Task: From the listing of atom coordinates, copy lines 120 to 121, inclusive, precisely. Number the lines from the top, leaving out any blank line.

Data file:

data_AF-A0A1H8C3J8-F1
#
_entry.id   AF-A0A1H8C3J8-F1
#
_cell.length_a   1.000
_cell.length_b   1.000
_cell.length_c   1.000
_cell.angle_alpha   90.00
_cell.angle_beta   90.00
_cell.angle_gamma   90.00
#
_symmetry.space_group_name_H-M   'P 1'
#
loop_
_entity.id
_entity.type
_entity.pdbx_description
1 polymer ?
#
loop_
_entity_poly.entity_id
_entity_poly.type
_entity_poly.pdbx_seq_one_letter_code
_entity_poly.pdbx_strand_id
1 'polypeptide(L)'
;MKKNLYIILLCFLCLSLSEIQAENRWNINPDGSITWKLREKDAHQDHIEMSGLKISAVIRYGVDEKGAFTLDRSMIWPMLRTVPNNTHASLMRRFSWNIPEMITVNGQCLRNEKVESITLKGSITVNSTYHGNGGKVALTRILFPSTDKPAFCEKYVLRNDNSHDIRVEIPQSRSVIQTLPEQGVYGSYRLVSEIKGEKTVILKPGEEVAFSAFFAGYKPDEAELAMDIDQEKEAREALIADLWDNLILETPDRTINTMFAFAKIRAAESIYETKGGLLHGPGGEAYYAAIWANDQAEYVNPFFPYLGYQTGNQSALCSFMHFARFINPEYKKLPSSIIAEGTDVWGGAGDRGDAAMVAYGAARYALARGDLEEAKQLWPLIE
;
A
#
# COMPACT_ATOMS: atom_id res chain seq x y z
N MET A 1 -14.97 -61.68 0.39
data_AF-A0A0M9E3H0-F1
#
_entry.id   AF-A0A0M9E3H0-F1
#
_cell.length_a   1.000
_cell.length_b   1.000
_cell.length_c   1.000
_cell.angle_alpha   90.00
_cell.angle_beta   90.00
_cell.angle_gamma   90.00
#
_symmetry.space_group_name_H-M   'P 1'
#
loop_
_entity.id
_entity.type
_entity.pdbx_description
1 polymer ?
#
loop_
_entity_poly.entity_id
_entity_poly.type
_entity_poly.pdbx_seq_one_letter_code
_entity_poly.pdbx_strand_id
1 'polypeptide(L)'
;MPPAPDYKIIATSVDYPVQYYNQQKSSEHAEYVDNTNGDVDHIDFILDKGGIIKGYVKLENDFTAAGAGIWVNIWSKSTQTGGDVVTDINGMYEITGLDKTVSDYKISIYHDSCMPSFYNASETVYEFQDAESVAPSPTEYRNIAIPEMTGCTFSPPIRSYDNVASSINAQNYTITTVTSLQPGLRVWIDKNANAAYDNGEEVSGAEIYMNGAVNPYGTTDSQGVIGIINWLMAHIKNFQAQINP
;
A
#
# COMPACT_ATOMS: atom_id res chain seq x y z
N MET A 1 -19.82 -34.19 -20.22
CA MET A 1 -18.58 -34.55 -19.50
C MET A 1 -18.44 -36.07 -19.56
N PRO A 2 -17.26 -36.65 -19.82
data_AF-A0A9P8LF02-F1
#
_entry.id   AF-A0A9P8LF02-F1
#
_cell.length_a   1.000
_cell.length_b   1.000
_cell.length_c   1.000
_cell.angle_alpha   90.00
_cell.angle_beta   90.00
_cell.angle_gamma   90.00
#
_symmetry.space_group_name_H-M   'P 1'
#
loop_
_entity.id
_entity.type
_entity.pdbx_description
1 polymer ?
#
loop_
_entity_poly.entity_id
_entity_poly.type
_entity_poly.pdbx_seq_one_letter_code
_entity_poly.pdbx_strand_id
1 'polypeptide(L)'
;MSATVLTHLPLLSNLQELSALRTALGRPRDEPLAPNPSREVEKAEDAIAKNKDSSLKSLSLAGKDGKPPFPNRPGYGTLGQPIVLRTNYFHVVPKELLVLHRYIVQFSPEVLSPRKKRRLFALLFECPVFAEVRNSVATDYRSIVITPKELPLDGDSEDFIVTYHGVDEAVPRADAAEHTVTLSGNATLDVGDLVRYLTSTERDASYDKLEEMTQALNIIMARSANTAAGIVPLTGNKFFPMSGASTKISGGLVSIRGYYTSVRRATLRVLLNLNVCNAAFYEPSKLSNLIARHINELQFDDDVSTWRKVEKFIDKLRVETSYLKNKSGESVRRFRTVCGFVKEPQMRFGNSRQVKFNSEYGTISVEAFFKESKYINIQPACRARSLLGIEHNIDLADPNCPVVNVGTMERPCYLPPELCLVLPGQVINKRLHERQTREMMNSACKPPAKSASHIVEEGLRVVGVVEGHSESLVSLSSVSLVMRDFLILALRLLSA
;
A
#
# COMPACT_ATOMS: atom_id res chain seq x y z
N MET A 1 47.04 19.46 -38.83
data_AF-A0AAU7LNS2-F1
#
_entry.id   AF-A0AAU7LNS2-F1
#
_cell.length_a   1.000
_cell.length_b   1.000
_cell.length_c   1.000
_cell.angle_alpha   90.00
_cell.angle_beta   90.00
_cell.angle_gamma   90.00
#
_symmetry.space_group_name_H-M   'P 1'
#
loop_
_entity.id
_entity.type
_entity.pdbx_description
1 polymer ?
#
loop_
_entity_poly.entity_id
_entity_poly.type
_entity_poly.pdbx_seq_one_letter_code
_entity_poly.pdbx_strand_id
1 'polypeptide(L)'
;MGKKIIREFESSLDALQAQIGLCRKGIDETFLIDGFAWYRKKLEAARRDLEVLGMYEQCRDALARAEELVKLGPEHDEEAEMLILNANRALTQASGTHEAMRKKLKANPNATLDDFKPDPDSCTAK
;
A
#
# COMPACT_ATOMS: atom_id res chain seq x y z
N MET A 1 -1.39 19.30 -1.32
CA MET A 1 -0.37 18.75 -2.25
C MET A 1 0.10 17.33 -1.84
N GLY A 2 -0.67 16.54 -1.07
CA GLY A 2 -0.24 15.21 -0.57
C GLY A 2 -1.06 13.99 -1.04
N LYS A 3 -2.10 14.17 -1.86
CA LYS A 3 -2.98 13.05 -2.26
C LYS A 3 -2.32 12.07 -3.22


_entity_poly.pdbx_strand_id
1 'polypeptide(L)'